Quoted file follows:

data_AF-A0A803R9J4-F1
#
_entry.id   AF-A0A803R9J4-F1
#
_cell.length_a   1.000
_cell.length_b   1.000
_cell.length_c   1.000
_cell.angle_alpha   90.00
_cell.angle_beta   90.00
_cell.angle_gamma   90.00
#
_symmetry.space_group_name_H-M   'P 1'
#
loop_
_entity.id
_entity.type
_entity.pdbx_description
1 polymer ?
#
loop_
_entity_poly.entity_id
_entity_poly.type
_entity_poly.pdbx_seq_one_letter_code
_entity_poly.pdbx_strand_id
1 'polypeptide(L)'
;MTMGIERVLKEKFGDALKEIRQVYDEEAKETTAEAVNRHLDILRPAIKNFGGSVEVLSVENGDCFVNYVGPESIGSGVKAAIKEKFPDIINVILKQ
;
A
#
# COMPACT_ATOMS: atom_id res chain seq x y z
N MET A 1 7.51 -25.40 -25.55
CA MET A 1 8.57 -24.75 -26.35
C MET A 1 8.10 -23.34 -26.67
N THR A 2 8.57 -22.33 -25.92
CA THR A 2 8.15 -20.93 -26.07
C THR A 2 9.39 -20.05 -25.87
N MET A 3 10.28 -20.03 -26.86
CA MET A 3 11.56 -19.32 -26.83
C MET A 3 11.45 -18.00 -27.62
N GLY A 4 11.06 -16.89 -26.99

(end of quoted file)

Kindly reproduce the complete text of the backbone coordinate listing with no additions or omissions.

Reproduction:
data_AF-A0A803R9J4-F1
#
_entry.id   AF-A0A803R9J4-F1
#
_cell.length_a   1.000
_cell.length_b   1.000
_cell.length_c   1.000
_cell.angle_alpha   90.00
_cell.angle_beta   90.00
_cell.angle_gamma   90.00
#
_symmetry.space_group_name_H-M   'P 1'
#
loop_
_entity.id
_entity.type
_entity.pdbx_description
1 polymer ?
#
loop_
_entity_poly.entity_id
_entity_poly.type
_entity_poly.pdbx_seq_one_letter_code
_entity_poly.pdbx_strand_id
1 'polypeptide(L)'
;MTMGIERVLKEKFGDALKEIRQVYDEEAKETTAEAVNRHLDILRPAIKNFGGSVEVLSVENGDCFVNYVGPESIGSGVKAAIKEKFPDIINVILKQ
;
A
#
# COMPACT_ATOMS: atom_id res chain seq x y z
N MET A 1 7.51 -25.40 -25.55
CA MET A 1 8.57 -24.75 -26.35
C MET A 1 8.10 -23.34 -26.67
N THR A 2 8.57 -22.33 -25.92
CA THR A 2 8.15 -20.93 -26.07
C THR A 2 9.39 -20.05 -25.87
N MET A 3 10.28 -20.03 -26.86
CA MET A 3 11.56 -19.32 -26.83
C MET A 3 11.45 -18.00 -27.62
N GLY A 4 11.06 -16.89 -26.99